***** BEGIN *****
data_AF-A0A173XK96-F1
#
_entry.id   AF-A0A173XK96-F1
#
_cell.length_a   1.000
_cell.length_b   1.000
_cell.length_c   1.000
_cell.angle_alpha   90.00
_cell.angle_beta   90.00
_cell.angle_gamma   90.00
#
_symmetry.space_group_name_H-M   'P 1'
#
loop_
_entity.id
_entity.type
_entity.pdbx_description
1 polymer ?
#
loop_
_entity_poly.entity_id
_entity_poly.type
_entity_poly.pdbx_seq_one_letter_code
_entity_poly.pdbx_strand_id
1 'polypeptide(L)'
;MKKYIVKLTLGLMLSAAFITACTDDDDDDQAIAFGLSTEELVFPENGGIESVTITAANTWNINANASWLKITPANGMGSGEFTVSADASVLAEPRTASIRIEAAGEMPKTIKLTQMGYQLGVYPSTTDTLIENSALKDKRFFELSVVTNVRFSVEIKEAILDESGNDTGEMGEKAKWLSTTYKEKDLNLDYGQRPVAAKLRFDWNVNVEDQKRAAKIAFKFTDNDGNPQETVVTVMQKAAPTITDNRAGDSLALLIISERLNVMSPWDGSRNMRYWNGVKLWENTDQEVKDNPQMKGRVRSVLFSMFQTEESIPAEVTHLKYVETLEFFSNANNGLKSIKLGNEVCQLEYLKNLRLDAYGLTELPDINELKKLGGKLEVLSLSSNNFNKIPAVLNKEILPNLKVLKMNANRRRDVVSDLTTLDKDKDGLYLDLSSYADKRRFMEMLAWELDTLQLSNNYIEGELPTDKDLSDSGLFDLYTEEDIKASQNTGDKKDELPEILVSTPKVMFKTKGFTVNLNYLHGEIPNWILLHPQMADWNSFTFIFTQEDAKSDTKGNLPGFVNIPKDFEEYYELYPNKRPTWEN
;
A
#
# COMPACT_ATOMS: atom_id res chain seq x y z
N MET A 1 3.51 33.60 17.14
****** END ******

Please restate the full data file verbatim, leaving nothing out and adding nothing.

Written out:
data_AF-A0A173XK96-F1
#
_entry.id   AF-A0A173XK96-F1
#
_cell.length_a   1.000
_cell.length_b   1.000
_cell.length_c   1.000
_cell.angle_alpha   90.00
_cell.angle_beta   90.00
_cell.angle_gamma   90.00
#
_symmetry.space_group_name_H-M   'P 1'
#
loop_
_entity.id
_entity.type
_entity.pdbx_description
1 polymer ?
#
loop_
_entity_poly.entity_id
_entity_poly.type
_entity_poly.pdbx_seq_one_letter_code
_entity_poly.pdbx_strand_id
1 'polypeptide(L)'
;MKKYIVKLTLGLMLSAAFITACTDDDDDDQAIAFGLSTEELVFPENGGIESVTITAANTWNINANASWLKITPANGMGSGEFTVSADASVLAEPRTASIRIEAAGEMPKTIKLTQMGYQLGVYPSTTDTLIENSALKDKRFFELSVVTNVRFSVEIKEAILDESGNDTGEMGEKAKWLSTTYKEKDLNLDYGQRPVAAKLRFDWNVNVEDQKRAAKIAFKFTDNDGNPQETVVTVMQKAAPTITDNRAGDSLALLIISERLNVMSPWDGSRNMRYWNGVKLWENTDQEVKDNPQMKGRVRSVLFSMFQTEESIPAEVTHLKYVETLEFFSNANNGLKSIKLGNEVCQLEYLKNLRLDAYGLTELPDINELKKLGGKLEVLSLSSNNFNKIPAVLNKEILPNLKVLKMNANRRRDVVSDLTTLDKDKDGLYLDLSSYADKRRFMEMLAWELDTLQLSNNYIEGELPTDKDLSDSGLFDLYTEEDIKASQNTGDKKDELPEILVSTPKVMFKTKGFTVNLNYLHGEIPNWILLHPQMADWNSFTFIFTQEDAKSDTKGNLPGFVNIPKDFEEYYELYPNKRPTWEN
;
A
#
# COMPACT_ATOMS: atom_id res chain seq x y z
N MET A 1 3.51 33.60 17.14